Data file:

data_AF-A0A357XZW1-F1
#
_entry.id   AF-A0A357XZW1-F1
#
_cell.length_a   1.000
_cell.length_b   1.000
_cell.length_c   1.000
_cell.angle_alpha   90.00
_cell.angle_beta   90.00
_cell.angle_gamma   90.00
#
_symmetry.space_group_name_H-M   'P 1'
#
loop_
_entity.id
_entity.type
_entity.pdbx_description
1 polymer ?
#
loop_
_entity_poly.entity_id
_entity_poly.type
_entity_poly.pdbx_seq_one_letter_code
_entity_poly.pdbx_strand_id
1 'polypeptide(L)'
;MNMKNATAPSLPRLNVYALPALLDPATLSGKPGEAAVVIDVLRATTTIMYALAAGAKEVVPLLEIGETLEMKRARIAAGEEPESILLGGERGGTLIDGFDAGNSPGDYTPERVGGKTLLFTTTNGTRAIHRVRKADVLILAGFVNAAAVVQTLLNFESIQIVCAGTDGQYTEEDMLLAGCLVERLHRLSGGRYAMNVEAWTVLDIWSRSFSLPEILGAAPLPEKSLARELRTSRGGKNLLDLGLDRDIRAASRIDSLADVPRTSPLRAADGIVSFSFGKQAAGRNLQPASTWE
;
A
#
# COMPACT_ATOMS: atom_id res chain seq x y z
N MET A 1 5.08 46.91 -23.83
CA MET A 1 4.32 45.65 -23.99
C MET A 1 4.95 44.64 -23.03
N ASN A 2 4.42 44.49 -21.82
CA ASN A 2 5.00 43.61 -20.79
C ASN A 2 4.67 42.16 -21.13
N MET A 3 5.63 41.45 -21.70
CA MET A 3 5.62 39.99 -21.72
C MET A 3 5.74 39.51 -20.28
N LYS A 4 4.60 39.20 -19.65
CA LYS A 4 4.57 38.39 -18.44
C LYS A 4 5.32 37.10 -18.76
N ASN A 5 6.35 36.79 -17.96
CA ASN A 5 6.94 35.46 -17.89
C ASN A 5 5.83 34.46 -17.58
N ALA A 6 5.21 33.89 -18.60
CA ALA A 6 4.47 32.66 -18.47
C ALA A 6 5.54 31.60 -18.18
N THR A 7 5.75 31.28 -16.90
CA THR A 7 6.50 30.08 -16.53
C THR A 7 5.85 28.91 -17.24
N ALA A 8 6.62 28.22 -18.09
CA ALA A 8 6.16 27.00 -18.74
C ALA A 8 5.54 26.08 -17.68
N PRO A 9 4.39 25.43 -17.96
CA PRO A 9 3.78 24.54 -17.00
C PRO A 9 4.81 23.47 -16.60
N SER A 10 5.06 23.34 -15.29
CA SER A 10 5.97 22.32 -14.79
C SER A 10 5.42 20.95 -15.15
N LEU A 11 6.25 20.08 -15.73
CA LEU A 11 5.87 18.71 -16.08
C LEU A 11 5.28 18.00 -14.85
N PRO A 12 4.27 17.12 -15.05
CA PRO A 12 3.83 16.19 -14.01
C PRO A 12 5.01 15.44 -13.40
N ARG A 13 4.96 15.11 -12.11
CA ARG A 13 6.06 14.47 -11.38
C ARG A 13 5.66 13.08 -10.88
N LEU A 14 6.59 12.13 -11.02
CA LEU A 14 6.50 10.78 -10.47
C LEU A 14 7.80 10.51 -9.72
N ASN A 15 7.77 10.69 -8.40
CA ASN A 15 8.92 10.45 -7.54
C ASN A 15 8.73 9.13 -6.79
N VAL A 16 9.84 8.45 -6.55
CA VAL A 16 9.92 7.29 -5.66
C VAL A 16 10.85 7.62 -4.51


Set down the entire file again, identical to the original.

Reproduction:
data_AF-A0A357XZW1-F1
#
_entry.id   AF-A0A357XZW1-F1
#
_cell.length_a   1.000
_cell.length_b   1.000
_cell.length_c   1.000
_cell.angle_alpha   90.00
_cell.angle_beta   90.00
_cell.angle_gamma   90.00
#
_symmetry.space_group_name_H-M   'P 1'
#
loop_
_entity.id
_entity.type
_entity.pdbx_description
1 polymer ?
#
loop_
_entity_poly.entity_id
_entity_poly.type
_entity_poly.pdbx_seq_one_letter_code
_entity_poly.pdbx_strand_id
1 'polypeptide(L)'
;MNMKNATAPSLPRLNVYALPALLDPATLSGKPGEAAVVIDVLRATTTIMYALAAGAKEVVPLLEIGETLEMKRARIAAGEEPESILLGGERGGTLIDGFDAGNSPGDYTPERVGGKTLLFTTTNGTRAIHRVRKADVLILAGFVNAAAVVQTLLNFESIQIVCAGTDGQYTEEDMLLAGCLVERLHRLSGGRYAMNVEAWTVLDIWSRSFSLPEILGAAPLPEKSLARELRTSRGGKNLLDLGLDRDIRAASRIDSLADVPRTSPLRAADGIVSFSFGKQAAGRNLQPASTWE
;
A
#
# COMPACT_ATOMS: atom_id res chain seq x y z
N MET A 1 5.08 46.91 -23.83
CA MET A 1 4.32 45.65 -23.99
C MET A 1 4.95 44.64 -23.03
N ASN A 2 4.42 44.49 -21.82
CA ASN A 2 5.00 43.61 -20.79
C ASN A 2 4.67 42.16 -21.13
N MET A 3 5.63 41.45 -21.70
CA MET A 3 5.62 39.99 -21.72
C MET A 3 5.74 39.51 -20.28
N LYS A 4 4.60 39.20 -19.65
CA LYS A 4 4.57 38.39 -18.44
C LYS A 4 5.32 37.10 -18.76
N ASN A 5 6.35 36.79 -17.96
CA ASN A 5 6.94 35.46 -17.89
C ASN A 5 5.83 34.46 -17.58
N ALA A 6 5.21 33.89 -18.60
CA ALA A 6 4.47 32.66 -18.47
C ALA A 6 5.54 31.60 -18.18
N THR A 7 5.75 31.28 -16.90
CA THR A 7 6.50 30.08 -16.53
C THR A 7 5.85 28.91 -17.24
N ALA A 8 6.62 28.22 -18.09
CA ALA A 8 6.16 27.00 -18.74
C ALA A 8 5.54 26.08 -17.68
N PRO A 9 4.39 25.43 -17.96
CA PRO A 9 3.78 24.54 -17.00
C PRO A 9 4.81 23.47 -16.60
N SER A 10 5.06 23.34 -15.29
CA SER A 10 5.97 22.32 -14.79
C SER A 10 5.42 20.95 -15.15
N LEU A 11 6.25 20.08 -15.73
CA LEU A 11 5.87 18.71 -16.08
C LEU A 11 5.28 18.00 -14.85
N PRO A 12 4.27 17.12 -15.05
CA PRO A 12 3.83 16.19 -14.01
C PRO A 12 5.01 15.44 -13.40
N ARG A 13 4.96 15.11 -12.11
CA ARG A 13 6.06 14.47 -11.38
C ARG A 13 5.66 13.08 -10.88
N LEU A 14 6.59 12.13 -11.02
CA LEU A 14 6.50 10.78 -10.47
C LEU A 14 7.80 10.51 -9.72
N ASN A 15 7.77 10.69 -8.40
CA ASN A 15 8.92 10.45 -7.54
C ASN A 15 8.73 9.13 -6.79
N VAL A 16 9.84 8.45 -6.55
CA VAL A 16 9.92 7.29 -5.66
C VAL A 16 10.85 7.62 -4.51